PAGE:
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Matthews v. Cameron

United States District Court, M.D. Pennsylvania

June 19, 2018





         Thomas Harvey Matthews, an inmate presently confined at the Benner State Correctional Institution, Bellefonte, Pennsylvania (SCI-Benner) filed this pro se petition for writ of habeas corpus pursuant to 28 U.S.C. § 2254. Following the filing of a response to the petition, this Court issued a Memorandum and Order dated May 21, 2014 which determined that adjudication of this habeas corpus action should be stayed. See Doc. 15.

         By Order dated January 6, 2016, Petitioner was granted leave to file an amended petition containing only those pending claims which he had exhausted in state court. See Doc. 24. An amended petition (Doc. 26) and supporting memorandum (Doc. 25) were thereafter filed by Matthews and this matter was reopened. After being granted an extension of time, the Respondent filed a response to the amended petition.

         Matthews was convicted of two (2) counts of aggravated indecent assault, nineteen (19) counts of indecent assault, and two (2) counts of corruption of minors following a 2006 jury trial in the Pike County Court of Common Pleas. The charges stemmed from the repeated molesting of two minor girls between 1997-1999 at the Shohola Elementary School in Pike County, Pennsylvania.[1] During the relevant time period, Matthew was employed as the victims' third grade teacher.[2]

         Following a sentencing hearing, Matthews was designated as a sexually violent sexual predator and sentenced to an aggregate eleven and one half (11½) to twenty-four (24) year term of imprisonment in November, 2006.

         Petitioner's conviction and sentence were affirmed on January 4, 2008 following a direct appeal to the Pennsylvania Superior Court. See Commonwealth v. Matthews, 947 A.2d 828 (Pa. Super. 2008)(Table). On direct appeal to the Pennsylvania Superior Court, Petitioner raised the following five issues: (1) the evidence was insufficient to establish indecent assault against the two student victims; (2) the cases against the two victims should have been severed; (3) the trial court erred by not excluding the testimony of a third student; (4) the trial court erred in concluding that Matthews was a sexually violent predator; and (5) the trial court abused its discretion in imposing the statutory maximum sentence for each count. See Doc. 8-15, p. 6.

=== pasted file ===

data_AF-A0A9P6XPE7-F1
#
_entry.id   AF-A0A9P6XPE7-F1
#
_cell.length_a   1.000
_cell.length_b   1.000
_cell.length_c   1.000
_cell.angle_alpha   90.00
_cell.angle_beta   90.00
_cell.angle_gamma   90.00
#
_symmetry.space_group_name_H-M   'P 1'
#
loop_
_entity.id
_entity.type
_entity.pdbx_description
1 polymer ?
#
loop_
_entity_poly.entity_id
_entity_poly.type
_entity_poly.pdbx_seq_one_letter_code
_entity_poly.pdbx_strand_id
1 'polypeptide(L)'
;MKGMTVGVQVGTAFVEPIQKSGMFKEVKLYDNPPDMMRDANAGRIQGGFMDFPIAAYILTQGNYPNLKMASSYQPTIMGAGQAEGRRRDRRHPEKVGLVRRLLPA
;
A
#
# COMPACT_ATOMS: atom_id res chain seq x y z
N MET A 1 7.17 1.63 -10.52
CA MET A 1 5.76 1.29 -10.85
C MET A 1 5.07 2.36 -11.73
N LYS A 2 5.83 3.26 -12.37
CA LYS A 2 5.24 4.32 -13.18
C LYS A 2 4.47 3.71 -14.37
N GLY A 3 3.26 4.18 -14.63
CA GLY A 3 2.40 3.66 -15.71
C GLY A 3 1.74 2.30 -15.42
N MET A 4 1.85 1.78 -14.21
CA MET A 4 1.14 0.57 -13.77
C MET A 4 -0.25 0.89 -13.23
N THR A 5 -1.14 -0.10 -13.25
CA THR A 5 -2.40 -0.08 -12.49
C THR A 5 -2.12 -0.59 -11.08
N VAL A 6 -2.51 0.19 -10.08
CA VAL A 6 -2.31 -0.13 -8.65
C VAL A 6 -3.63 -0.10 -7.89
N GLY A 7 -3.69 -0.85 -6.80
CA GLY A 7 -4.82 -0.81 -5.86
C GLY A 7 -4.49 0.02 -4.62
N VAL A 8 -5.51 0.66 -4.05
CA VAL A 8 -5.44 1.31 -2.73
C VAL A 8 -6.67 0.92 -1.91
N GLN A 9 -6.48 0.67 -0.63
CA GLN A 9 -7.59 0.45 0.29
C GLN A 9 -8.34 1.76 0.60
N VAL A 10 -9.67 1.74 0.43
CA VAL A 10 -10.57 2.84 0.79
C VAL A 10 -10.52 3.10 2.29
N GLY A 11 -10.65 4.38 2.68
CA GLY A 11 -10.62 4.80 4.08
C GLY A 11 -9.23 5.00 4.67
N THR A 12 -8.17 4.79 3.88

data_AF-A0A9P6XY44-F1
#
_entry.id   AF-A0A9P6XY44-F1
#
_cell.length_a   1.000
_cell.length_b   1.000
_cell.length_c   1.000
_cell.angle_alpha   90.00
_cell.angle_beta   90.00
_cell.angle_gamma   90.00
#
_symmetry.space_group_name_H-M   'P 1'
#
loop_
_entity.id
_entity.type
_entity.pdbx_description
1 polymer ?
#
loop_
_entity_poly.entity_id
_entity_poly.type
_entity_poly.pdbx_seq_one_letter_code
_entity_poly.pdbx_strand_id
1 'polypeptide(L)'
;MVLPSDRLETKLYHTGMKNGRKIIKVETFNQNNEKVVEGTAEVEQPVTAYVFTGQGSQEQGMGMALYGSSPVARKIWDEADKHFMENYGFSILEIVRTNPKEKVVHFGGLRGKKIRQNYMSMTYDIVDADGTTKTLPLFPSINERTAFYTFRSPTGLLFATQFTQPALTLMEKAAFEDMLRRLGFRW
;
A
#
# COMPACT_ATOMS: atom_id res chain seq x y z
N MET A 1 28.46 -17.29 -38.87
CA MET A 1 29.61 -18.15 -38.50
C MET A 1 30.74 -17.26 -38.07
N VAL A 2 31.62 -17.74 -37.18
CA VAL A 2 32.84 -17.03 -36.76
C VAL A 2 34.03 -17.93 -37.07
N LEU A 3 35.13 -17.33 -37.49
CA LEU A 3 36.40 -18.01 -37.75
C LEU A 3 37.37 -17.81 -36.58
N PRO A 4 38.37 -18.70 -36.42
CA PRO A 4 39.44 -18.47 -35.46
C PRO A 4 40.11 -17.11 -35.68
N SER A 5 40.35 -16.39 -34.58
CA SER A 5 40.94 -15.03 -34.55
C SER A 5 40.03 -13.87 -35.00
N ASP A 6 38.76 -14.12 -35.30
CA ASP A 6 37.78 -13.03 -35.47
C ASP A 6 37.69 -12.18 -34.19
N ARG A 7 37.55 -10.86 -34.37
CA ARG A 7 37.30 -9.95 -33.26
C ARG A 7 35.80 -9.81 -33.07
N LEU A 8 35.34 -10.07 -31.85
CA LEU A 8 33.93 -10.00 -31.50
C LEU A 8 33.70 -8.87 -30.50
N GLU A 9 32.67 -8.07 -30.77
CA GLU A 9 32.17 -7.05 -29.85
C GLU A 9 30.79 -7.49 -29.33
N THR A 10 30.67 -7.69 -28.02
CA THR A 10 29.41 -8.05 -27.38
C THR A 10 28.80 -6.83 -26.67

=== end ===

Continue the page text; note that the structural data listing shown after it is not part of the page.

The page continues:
The Pennsylvania Supreme Court subsequently denied Matthews' petition for allowance of appeal by decision dated October 1, 2008. See Commonwealth v. Matthews, 958 A.2d 1047 (Pa. 2008)(Table). Matthews did not seek further review from the United States Supreme Court.

         On August 20, 2009, Matthews file an action pursuant to Pennsylvania's Post Conviction Relief Act (PCRA).[3] Following appointment of counsel, submission of an amended PCRA petition, and an evidentiary hearing, relief was denied on April 26, 2010. Matthews filed a PCRA appeal to the Superior Court which raised three issues: (1) trial counsel was ineffective for not requesting a failure to promptly complain instructions; (2) the trial court erred in not providing the failure to promptly complaint instruction; and (3) trial counsel was deficient for introducing damaging evidence that was previously ruled inadmissible. See Doc. 8-22, Exhibit 18, p. 4.

         The PCRA appeal was denied by the Superior Court on March 22, 2011. See Commonwealth v. Matthews, 26 A.3d 1202 (Pa. Super. 2011)(Table). A motion for reconsideration was denied by the Superior Court on May 10, 2011. See id. By decision dated January 30, 2012, the Pennsylvania Supreme Court denied Matthews' petition for allowance of appeal. See Commonwealth v. Matthews, 38 A.3d 824 (Pa. 2012)(Table). This pro se petition was thereafter filed on August 27, 2012.

         After the initiation of this action, Petitioner filed a second PCRA petition on October 11, 2012 which was subsequently dismissed.

         Ground One of Matthews' pending Amended Petition claims entitlement to federal habeas corpus relief on the basis that trial counsel provided ineffective assistance by allowing the introduction of potentially damaging evidence which the trial court had previously ruled was inadmissible.[4] Petitioner further contends that his trial counsel failed to object to improper cross examination and present witnesses and documents that could have created reasonable doubt. See Doc. 26, ¶ 12.

         Ground Two claims that trial counsel was also deficient for not requesting that a prompt complaint instruction be given to the jury. See id. In a subsequent addendum (Doc. 33), Matthews additionally maintains that the trial court acted improperly by imposing a sentence in excess of the applicable guidelines.

         Respondent seeks dismissal of the amended petition on the grounds that it is untimely, many of Petitioner's claims were procedurally defaulted, and trial counsel's performance did not ...

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